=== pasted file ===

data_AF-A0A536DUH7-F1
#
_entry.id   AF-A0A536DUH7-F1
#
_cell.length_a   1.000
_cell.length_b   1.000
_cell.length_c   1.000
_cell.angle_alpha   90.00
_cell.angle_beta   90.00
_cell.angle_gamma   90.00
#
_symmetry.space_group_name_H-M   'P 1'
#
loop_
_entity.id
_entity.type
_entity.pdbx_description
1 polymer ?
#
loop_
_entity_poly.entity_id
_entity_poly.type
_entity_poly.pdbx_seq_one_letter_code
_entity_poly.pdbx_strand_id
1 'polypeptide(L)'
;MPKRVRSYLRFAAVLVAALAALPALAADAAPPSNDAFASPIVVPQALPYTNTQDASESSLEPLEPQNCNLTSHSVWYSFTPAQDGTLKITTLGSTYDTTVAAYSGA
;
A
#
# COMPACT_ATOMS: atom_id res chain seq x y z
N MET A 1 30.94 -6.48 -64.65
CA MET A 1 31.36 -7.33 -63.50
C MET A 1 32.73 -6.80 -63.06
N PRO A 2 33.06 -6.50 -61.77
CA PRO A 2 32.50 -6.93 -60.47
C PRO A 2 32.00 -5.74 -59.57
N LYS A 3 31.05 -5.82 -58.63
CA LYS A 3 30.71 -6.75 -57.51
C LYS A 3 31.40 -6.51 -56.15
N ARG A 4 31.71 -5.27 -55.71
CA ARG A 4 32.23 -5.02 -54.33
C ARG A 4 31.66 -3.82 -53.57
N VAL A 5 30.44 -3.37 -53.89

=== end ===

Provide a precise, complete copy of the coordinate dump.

data_AF-A0A536DUH7-F1
#
_entry.id   AF-A0A536DUH7-F1
#
_cell.length_a   1.000
_cell.length_b   1.000
_cell.length_c   1.000
_cell.angle_alpha   90.00
_cell.angle_beta   90.00
_cell.angle_gamma   90.00
#
_symmetry.space_group_name_H-M   'P 1'
#
loop_
_entity.id
_entity.type
_entity.pdbx_description
1 polymer ?
#
loop_
_entity_poly.entity_id
_entity_poly.type
_entity_poly.pdbx_seq_one_letter_code
_entity_poly.pdbx_strand_id
1 'polypeptide(L)'
;MPKRVRSYLRFAAVLVAALAALPALAADAAPPSNDAFASPIVVPQALPYTNTQDASESSLEPLEPQNCNLTSHSVWYSFTPAQDGTLKITTLGSTYDTTVAAYSGA
;
A
#
# COMPACT_ATOMS: atom_id res chain seq x y z
N MET A 1 30.94 -6.48 -64.65
CA MET A 1 31.36 -7.33 -63.50
C MET A 1 32.73 -6.80 -63.06
N PRO A 2 33.06 -6.50 -61.77
CA PRO A 2 32.50 -6.93 -60.47
C PRO A 2 32.00 -5.74 -59.57
N LYS A 3 31.05 -5.82 -58.63
CA LYS A 3 30.71 -6.75 -57.51
C LYS A 3 31.40 -6.51 -56.15
N ARG A 4 31.71 -5.27 -55.71
CA ARG A 4 32.23 -5.02 -54.33
C ARG A 4 31.66 -3.82 -53.57
N VAL A 5 30.44 -3.37 -53.89